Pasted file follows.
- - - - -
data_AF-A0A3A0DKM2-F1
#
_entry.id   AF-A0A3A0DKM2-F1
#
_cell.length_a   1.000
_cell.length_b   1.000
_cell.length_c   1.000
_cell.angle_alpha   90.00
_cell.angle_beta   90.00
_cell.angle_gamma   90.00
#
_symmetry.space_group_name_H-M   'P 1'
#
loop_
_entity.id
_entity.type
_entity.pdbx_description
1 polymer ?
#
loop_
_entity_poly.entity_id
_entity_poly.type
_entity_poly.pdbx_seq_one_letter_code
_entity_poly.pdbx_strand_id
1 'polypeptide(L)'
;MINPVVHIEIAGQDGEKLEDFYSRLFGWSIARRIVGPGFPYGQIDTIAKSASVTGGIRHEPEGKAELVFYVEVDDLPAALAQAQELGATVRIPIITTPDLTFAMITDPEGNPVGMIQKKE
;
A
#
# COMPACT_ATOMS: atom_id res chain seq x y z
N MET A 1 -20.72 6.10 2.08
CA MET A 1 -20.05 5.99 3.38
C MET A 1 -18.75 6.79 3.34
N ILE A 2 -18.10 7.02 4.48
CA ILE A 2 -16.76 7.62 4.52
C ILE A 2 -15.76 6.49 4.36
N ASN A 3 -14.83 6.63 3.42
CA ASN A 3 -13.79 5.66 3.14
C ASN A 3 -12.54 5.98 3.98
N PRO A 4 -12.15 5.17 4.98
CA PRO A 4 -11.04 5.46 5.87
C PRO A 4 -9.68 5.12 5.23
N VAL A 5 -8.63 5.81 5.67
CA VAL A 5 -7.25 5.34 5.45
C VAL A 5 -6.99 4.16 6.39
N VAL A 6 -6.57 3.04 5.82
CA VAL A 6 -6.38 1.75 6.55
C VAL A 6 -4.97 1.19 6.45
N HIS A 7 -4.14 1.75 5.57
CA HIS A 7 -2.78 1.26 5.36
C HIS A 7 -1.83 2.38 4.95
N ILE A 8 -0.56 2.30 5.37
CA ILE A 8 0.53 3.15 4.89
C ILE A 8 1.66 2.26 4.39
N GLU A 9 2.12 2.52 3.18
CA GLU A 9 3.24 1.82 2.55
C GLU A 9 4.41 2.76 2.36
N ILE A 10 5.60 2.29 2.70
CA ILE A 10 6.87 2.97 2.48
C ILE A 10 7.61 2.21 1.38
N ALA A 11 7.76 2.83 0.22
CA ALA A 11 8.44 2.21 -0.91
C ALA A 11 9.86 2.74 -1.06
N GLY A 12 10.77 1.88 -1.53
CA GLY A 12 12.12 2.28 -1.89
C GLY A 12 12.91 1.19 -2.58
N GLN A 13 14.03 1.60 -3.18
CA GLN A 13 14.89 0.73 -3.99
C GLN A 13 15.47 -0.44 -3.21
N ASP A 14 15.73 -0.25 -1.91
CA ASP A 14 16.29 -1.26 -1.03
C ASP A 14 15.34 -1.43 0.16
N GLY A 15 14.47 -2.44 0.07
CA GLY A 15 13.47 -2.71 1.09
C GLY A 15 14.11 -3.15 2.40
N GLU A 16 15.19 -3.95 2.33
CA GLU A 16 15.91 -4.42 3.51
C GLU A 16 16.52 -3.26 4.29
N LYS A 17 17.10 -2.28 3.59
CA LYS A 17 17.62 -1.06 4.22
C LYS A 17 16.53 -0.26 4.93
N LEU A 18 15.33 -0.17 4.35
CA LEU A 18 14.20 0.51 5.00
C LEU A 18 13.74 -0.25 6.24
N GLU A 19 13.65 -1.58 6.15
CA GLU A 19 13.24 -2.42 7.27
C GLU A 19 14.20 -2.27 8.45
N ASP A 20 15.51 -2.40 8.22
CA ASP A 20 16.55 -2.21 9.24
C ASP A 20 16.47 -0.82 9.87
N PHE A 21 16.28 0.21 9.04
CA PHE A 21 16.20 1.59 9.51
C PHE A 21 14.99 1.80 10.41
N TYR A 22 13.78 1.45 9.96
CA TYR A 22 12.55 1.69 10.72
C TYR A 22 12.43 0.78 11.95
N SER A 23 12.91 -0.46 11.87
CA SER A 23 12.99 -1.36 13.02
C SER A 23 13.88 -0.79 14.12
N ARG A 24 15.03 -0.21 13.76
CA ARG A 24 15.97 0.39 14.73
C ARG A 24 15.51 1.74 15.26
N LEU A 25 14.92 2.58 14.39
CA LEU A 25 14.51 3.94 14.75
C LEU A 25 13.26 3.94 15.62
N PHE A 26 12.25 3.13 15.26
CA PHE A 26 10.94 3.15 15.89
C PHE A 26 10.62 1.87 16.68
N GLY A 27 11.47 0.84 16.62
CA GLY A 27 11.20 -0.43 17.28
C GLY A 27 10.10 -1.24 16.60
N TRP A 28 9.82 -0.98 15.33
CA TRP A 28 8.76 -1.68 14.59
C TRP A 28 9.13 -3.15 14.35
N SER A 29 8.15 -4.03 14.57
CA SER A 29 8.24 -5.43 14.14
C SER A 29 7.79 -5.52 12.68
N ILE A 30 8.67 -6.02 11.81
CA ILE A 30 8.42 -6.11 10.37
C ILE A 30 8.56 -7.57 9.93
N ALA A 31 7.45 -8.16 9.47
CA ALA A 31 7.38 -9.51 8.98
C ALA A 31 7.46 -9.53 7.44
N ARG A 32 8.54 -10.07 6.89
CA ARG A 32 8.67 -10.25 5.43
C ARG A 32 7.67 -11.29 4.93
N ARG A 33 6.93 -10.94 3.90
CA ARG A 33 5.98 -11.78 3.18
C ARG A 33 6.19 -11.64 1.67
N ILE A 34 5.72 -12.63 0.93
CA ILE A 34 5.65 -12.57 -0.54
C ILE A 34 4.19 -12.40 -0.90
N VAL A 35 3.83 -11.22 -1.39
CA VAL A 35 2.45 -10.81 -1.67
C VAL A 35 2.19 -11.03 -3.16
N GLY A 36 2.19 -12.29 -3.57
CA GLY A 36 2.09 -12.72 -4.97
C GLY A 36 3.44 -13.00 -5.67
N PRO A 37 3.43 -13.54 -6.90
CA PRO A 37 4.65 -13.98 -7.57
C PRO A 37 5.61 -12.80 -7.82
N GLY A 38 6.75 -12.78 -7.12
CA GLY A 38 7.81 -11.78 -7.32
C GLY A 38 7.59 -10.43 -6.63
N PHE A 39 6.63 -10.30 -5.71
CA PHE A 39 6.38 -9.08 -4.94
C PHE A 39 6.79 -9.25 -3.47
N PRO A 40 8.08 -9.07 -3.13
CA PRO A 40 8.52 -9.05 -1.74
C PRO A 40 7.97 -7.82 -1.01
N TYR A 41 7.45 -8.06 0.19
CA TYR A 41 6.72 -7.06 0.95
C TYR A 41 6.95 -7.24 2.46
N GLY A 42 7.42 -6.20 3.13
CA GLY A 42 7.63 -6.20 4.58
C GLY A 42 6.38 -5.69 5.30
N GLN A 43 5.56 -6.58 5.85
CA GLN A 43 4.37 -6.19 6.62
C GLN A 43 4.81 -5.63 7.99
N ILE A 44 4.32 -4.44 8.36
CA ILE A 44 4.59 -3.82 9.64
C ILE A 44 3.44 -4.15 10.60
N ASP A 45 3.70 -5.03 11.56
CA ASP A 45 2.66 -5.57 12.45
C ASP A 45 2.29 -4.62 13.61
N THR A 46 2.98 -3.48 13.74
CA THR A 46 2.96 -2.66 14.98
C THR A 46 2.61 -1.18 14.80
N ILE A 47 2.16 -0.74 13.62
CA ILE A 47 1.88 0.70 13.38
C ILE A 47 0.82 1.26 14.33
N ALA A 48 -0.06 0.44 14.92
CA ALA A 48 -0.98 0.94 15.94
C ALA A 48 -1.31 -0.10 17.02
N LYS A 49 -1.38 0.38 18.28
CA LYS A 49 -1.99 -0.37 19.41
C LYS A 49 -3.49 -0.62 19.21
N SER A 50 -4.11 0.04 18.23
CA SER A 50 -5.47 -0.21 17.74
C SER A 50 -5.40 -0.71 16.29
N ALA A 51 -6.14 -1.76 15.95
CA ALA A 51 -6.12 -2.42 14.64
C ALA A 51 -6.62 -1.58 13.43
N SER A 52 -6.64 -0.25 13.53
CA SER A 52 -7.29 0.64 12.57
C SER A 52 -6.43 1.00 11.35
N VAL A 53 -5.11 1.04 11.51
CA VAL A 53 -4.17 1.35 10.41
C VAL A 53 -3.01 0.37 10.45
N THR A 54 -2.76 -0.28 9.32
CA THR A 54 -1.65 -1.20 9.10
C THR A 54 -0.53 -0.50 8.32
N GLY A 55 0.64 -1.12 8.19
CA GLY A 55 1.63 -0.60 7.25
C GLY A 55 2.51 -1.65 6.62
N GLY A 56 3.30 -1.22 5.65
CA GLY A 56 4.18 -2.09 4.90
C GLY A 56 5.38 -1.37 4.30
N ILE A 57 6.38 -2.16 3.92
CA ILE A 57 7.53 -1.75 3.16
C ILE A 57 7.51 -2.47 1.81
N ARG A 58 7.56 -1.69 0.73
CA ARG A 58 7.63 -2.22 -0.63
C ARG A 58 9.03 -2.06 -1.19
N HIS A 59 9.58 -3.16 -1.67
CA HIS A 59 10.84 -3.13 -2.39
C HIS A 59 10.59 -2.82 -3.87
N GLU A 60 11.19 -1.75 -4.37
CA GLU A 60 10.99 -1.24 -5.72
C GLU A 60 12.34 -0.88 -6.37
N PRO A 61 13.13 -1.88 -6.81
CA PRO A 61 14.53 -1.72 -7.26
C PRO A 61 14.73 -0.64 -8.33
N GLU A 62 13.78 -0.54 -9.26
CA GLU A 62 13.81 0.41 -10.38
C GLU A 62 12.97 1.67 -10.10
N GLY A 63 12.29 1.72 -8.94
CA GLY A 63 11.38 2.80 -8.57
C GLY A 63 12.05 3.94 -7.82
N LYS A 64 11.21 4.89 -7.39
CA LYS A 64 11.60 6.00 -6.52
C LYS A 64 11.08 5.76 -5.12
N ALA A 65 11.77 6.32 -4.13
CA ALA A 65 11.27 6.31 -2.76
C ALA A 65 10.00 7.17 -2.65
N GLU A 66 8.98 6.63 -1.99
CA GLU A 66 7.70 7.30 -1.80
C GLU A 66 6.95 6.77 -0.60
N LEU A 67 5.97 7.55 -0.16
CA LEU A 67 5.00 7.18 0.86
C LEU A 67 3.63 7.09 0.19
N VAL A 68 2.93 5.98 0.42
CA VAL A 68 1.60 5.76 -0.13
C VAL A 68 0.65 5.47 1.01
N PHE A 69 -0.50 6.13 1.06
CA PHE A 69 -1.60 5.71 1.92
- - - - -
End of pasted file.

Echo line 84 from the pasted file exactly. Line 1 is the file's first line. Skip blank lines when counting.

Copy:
C LEU A 18 13.74 -0.25 6.24